'True Sadness' isn't an inviting title, but the idea of an album that exposes the truly sad parts of life is profound, and the traditional folk arrangements and instrumentation on the album lift you up instead of dragging you down.
For Band of Horses' fifth studio album, frontman Ben Bridwell turned to American indie-rock insider Jason Lytle. As a result, 'Why Are You OK?' strikes the perfect balance between Bridwell's meandering lyrics and intricate guitar melodies.
Chance the Rapper brings his optimistic lit-hop to his latest mix, 'Coloring Book.' He's not afraid to take on big issues, but Chance infuses his songs with a sense of hope, and the album only gets better with each listening.
The Jayhawks' new album features the band's signature sunny melodies and their trademark harmonies, but it also breaks new ground by adventuring into new sounds. With 'Paging Mr. Proust,' the Jayhawks look to the future without forgetting their past.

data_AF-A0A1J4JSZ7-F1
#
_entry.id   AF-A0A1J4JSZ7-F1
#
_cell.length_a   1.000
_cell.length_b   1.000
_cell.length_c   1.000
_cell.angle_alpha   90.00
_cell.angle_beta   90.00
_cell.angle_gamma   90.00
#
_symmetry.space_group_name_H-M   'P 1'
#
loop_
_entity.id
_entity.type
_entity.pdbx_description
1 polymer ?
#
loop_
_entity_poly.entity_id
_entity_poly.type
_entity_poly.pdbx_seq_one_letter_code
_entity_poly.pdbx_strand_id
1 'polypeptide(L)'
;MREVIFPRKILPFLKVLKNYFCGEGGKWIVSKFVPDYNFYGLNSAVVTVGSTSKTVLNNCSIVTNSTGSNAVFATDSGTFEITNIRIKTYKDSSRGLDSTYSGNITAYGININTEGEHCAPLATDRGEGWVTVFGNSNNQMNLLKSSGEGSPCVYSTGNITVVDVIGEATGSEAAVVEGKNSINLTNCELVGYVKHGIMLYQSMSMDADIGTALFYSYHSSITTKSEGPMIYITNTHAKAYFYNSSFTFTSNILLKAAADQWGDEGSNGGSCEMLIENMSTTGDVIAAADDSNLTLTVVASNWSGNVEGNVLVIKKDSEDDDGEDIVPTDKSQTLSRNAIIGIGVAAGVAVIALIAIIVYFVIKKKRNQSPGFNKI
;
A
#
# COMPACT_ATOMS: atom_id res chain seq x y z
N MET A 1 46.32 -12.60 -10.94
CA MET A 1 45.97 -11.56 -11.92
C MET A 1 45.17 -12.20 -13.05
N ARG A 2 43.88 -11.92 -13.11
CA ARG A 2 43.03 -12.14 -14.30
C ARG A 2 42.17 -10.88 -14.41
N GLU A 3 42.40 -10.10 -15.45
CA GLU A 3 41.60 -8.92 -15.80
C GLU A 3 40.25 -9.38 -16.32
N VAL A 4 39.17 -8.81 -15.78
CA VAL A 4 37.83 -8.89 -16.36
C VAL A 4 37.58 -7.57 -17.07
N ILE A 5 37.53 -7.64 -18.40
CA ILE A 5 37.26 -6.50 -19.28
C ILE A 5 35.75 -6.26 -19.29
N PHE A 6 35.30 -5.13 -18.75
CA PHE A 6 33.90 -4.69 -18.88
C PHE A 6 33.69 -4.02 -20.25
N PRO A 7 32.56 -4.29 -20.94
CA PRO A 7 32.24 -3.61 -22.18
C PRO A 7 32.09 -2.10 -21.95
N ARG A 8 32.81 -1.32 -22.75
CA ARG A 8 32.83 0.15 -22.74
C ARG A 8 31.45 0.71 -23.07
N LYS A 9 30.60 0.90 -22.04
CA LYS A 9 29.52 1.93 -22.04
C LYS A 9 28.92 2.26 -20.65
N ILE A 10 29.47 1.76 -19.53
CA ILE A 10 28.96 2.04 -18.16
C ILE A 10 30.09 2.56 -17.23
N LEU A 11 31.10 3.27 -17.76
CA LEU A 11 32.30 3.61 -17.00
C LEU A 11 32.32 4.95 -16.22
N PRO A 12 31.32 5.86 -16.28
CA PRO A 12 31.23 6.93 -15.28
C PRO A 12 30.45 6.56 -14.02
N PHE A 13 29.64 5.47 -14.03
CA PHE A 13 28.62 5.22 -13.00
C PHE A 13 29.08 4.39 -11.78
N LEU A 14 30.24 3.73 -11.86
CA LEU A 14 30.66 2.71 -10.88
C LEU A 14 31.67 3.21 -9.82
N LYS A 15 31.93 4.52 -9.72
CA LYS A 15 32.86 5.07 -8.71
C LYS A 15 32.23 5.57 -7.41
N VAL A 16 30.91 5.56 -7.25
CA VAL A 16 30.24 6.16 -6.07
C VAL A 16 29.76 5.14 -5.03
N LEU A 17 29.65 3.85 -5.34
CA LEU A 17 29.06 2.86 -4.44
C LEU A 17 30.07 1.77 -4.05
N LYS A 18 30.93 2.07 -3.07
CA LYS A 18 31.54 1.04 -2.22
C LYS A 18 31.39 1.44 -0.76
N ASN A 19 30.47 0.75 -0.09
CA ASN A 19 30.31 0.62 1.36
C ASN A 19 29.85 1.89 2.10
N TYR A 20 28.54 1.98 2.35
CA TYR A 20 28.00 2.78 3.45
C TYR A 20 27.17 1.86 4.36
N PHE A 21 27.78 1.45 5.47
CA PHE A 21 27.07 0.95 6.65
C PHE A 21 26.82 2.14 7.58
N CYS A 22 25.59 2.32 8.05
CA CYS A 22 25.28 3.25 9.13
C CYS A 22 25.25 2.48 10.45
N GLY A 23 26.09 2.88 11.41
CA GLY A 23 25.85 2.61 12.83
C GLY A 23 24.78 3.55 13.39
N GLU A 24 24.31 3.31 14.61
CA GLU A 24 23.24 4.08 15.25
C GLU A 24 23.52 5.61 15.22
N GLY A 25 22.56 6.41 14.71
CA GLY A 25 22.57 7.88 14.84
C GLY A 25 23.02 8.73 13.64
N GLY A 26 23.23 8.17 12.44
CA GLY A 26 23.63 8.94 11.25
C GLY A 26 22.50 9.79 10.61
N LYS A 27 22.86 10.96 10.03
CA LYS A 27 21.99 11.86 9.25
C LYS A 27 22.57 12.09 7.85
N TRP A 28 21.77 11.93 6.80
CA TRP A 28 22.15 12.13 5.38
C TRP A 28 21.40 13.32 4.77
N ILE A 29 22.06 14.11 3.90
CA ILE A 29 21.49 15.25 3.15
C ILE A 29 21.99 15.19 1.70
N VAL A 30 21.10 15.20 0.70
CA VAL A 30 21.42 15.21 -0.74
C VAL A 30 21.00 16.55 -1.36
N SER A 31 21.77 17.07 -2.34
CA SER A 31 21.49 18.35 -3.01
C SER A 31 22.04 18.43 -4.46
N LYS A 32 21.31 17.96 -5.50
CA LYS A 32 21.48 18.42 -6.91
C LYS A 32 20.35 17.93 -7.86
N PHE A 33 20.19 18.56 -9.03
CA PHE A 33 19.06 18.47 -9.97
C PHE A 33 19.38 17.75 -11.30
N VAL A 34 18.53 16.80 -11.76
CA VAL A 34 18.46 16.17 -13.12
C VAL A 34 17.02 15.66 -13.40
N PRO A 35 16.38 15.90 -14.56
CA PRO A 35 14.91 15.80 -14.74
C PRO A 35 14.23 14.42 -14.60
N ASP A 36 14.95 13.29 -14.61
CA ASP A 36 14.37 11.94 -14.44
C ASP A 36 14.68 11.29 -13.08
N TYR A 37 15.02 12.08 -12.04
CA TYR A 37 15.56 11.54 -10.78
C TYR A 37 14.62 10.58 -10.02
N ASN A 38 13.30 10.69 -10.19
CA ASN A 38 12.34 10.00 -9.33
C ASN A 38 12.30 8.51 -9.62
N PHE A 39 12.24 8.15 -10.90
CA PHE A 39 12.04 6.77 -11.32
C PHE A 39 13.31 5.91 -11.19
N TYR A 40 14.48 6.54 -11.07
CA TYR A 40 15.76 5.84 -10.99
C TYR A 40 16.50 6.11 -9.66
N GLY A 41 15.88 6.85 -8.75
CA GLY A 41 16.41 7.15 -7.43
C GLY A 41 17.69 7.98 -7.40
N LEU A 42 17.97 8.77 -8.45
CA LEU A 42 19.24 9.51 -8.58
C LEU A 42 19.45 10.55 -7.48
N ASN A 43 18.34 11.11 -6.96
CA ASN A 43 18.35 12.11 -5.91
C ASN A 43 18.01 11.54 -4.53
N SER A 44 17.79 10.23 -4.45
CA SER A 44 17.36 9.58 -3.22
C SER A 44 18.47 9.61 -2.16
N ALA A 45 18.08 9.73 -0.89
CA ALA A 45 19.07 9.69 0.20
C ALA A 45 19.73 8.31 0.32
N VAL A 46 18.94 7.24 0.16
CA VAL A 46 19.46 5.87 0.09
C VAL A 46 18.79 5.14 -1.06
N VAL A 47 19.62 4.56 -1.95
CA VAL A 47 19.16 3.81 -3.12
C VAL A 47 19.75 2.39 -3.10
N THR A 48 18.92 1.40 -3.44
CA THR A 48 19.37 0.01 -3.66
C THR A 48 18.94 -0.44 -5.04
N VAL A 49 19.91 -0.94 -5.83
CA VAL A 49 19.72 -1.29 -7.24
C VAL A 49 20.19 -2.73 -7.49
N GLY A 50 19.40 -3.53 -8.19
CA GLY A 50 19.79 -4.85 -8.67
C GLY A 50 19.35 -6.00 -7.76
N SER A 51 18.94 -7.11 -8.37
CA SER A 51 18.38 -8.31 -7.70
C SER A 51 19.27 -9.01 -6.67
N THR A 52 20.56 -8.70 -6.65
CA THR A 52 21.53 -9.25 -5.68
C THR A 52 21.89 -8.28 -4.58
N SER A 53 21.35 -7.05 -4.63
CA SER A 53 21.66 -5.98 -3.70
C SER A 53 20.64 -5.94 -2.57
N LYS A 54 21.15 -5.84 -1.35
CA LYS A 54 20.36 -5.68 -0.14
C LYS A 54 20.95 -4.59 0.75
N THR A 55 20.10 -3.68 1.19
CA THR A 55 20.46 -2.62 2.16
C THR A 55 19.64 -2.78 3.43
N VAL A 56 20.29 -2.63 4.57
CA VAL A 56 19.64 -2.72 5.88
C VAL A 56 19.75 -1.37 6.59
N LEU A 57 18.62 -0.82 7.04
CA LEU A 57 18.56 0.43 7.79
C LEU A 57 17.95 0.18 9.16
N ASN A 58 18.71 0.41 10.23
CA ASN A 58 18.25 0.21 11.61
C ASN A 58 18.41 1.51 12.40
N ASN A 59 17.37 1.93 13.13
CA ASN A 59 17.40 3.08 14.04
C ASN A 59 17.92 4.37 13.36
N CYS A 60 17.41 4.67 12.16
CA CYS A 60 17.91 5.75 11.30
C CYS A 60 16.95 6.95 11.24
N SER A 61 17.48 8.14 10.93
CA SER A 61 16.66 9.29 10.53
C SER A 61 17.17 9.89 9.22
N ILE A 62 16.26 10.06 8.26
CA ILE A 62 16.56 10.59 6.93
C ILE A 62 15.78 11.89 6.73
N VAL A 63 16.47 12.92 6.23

M83's Anthony Gonzalez has spoken about attempting to resurrect bits of pop culture thought to be forgotten; his band's latest 'Junk', veers frenetically across a range of influences, giving the effect of an anthology of postcards from the past.
Weezer fans have longed for the combination of the band's grunge-pop debut with the emo masterpiece, 'Pinkerton.' That combination isn't present on the 'White Album' as Cuomo leans more towards rock cliches than the brashness of his youth.
The Lumineers faced a steep climb after experiencing an enormous hit straight out of the gate. Their follow-up, 'Cleopatra', is a mixed bag; it contains some of the best music the trio has ever produced alongside less captivating work.